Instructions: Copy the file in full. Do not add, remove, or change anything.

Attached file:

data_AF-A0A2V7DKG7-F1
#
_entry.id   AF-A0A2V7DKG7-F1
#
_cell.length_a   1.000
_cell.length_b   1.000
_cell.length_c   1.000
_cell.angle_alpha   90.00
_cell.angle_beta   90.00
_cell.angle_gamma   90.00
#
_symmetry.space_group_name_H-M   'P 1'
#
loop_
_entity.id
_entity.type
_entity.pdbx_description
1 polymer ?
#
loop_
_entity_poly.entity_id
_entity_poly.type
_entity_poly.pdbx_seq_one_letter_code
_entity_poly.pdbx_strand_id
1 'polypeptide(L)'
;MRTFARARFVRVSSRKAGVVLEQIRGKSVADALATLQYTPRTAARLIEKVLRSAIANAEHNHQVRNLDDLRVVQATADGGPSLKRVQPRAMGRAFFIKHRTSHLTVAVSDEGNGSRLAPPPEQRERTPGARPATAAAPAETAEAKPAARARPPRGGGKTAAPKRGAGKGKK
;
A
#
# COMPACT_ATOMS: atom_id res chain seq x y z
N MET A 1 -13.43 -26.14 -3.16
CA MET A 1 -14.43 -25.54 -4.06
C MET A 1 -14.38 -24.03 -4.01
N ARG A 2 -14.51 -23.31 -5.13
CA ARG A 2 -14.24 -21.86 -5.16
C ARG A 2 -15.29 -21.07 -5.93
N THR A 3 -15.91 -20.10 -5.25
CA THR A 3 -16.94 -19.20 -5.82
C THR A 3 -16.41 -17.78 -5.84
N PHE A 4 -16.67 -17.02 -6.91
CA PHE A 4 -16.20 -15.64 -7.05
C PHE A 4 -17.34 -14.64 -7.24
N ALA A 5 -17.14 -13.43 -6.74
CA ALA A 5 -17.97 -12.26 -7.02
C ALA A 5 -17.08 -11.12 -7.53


data_AF-A0A2V7DKG7-F1
#
_entry.id   AF-A0A2V7DKG7-F1
#
_cell.length_a   1.000
_cell.length_b   1.000
_cell.length_c   1.000
_cell.angle_alpha   90.00
_cell.angle_beta   90.00
_cell.angle_gamma   90.00
#
_symmetry.space_group_name_H-M   'P 1'
#
loop_
_entity.id
_entity.type
_entity.pdbx_description
1 polymer ?
#
loop_
_entity_poly.entity_id
_entity_poly.type
_entity_poly.pdbx_seq_one_letter_code
_entity_poly.pdbx_strand_id
1 'polypeptide(L)'
;MRTFARARFVRVSSRKAGVVLEQIRGKSVADALATLQYTPRTAARLIEKVLRSAIANAEHNHQVRNLDDLRVVQATADGGPSLKRVQPRAMGRAFFIKHRTSHLTVAVSDEGNGSRLAPPPEQRERTPGARPATAAAPAETAEAKPAARARPPRGGGKTAAPKRGAGKGKK
;
A
#
# COMPACT_ATOMS: atom_id res chain seq x y z
N MET A 1 -13.43 -26.14 -3.16
CA MET A 1 -14.43 -25.54 -4.06
C MET A 1 -14.38 -24.03 -4.01
N ARG A 2 -14.51 -23.31 -5.13
CA ARG A 2 -14.24 -21.86 -5.16
C ARG A 2 -15.29 -21.07 -5.93
N THR A 3 -15.91 -20.10 -5.25
CA THR A 3 -16.94 -19.20 -5.82
C THR A 3 -16.41 -17.78 -5.84
N PHE A 4 -16.67 -17.02 -6.91
CA PHE A 4 -16.20 -15.64 -7.05
C PHE A 4 -17.34 -14.64 -7.24
N ALA A 5 -17.14 -13.43 -6.74
CA ALA A 5 -17.97 -12.26 -7.02
C ALA A 5 -17.08 -11.12 -7.53